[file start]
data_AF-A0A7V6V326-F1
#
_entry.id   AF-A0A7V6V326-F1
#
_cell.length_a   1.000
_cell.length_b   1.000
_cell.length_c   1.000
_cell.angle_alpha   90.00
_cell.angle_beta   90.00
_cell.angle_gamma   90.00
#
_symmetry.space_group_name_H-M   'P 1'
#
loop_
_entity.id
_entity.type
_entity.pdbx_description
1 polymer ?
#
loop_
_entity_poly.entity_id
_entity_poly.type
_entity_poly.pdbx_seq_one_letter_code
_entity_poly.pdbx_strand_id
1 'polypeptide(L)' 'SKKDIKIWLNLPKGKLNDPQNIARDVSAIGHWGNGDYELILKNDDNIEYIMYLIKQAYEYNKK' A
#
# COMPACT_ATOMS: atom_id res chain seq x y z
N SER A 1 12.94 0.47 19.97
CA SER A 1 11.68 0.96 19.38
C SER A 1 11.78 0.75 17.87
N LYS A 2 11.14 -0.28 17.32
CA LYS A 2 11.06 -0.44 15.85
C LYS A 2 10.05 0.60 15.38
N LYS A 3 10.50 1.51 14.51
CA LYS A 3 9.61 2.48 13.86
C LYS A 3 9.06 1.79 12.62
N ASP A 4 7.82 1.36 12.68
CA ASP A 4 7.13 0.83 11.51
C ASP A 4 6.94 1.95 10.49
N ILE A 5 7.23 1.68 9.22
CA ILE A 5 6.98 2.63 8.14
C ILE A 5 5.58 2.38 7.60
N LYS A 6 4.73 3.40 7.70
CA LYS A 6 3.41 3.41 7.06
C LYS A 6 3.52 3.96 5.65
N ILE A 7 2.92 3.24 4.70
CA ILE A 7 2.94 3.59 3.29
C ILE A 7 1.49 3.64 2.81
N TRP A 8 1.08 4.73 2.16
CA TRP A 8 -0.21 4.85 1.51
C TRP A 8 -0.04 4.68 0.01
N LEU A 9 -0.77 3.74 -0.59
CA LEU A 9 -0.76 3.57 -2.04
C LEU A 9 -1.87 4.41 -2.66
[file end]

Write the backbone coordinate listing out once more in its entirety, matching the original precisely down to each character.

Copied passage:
data_AF-A0A7V6V326-F1
#
_entry.id   AF-A0A7V6V326-F1
#
_cell.length_a   1.000
_cell.length_b   1.000
_cell.length_c   1.000
_cell.angle_alpha   90.00
_cell.angle_beta   90.00
_cell.angle_gamma   90.00
#
_symmetry.space_group_name_H-M   'P 1'
#
loop_
_entity.id
_entity.type
_entity.pdbx_description
1 polymer ?
#
loop_
_entity_poly.entity_id
_entity_poly.type
_entity_poly.pdbx_seq_one_letter_code
_entity_poly.pdbx_strand_id
1 'polypeptide(L)' 'SKKDIKIWLNLPKGKLNDPQNIARDVSAIGHWGNGDYELILKNDDNIEYIMYLIKQAYEYNKK' A
#
# COMPACT_ATOMS: atom_id res chain seq x y z
N SER A 1 12.94 0.47 19.97
CA SER A 1 11.68 0.96 19.38
C SER A 1 11.78 0.75 17.87
N LYS A 2 11.14 -0.28 17.32
CA LYS A 2 11.06 -0.44 15.85
C LYS A 2 10.05 0.60 15.38
N LYS A 3 10.50 1.51 14.51
CA LYS A 3 9.61 2.48 13.86
C LYS A 3 9.06 1.79 12.62
N ASP A 4 7.82 1.36 12.68
CA ASP A 4 7.13 0.83 11.51
C ASP A 4 6.94 1.95 10.49
N ILE A 5 7.23 1.68 9.22
CA ILE A 5 6.98 2.63 8.14
C ILE A 5 5.58 2.38 7.60
N LYS A 6 4.73 3.40 7.70
CA LYS A 6 3.41 3.41 7.06
C LYS A 6 3.52 3.96 5.65
N ILE A 7 2.92 3.24 4.70
CA ILE A 7 2.94 3.59 3.29
C ILE A 7 1.49 3.64 2.81
N TRP A 8 1.08 4.73 2.16
CA TRP A 8 -0.21 4.85 1.51
C TRP A 8 -0.04 4.68 0.01
N LEU A 9 -0.77 3.74 -0.59
CA LEU A 9 -0.76 3.57 -2.04
C LEU A 9 -1.87 4.41 -2.66